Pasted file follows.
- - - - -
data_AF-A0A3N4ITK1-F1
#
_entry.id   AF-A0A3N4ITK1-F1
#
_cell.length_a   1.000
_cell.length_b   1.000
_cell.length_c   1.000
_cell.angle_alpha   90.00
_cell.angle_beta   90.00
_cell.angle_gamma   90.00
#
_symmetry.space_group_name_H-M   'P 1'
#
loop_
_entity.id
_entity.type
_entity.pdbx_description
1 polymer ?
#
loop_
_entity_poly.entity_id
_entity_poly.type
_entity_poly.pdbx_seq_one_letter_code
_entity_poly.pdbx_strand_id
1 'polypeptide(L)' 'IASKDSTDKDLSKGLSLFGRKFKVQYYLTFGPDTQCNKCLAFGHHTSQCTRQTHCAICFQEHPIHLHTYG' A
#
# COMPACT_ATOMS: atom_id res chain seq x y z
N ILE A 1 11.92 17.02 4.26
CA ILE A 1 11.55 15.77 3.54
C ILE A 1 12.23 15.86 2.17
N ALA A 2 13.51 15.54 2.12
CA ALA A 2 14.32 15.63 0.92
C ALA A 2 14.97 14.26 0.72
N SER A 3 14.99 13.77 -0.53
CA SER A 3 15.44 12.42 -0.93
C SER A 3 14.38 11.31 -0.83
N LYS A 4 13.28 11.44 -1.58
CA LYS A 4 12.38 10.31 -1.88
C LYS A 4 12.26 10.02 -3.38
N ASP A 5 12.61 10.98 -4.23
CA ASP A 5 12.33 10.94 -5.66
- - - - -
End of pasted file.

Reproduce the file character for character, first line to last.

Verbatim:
data_AF-A0A3N4ITK1-F1
#
_entry.id   AF-A0A3N4ITK1-F1
#
_cell.length_a   1.000
_cell.length_b   1.000
_cell.length_c   1.000
_cell.angle_alpha   90.00
_cell.angle_beta   90.00
_cell.angle_gamma   90.00
#
_symmetry.space_group_name_H-M   'P 1'
#
loop_
_entity.id
_entity.type
_entity.pdbx_description
1 polymer ?
#
loop_
_entity_poly.entity_id
_entity_poly.type
_entity_poly.pdbx_seq_one_letter_code
_entity_poly.pdbx_strand_id
1 'polypeptide(L)' 'IASKDSTDKDLSKGLSLFGRKFKVQYYLTFGPDTQCNKCLAFGHHTSQCTRQTHCAICFQEHPIHLHTYG' A
#
# COMPACT_ATOMS: atom_id res chain seq x y z
N ILE A 1 11.92 17.02 4.26
CA ILE A 1 11.55 15.77 3.54
C ILE A 1 12.23 15.86 2.17
N ALA A 2 13.51 15.54 2.12
CA ALA A 2 14.32 15.63 0.92
C ALA A 2 14.97 14.26 0.72
N SER A 3 14.99 13.77 -0.53
CA SER A 3 15.44 12.42 -0.93
C SER A 3 14.38 11.31 -0.83
N LYS A 4 13.28 11.44 -1.58
CA LYS A 4 12.38 10.31 -1.88
C LYS A 4 12.26 10.02 -3.38
N ASP A 5 12.61 10.98 -4.23
CA ASP A 5 12.33 10.94 -5.66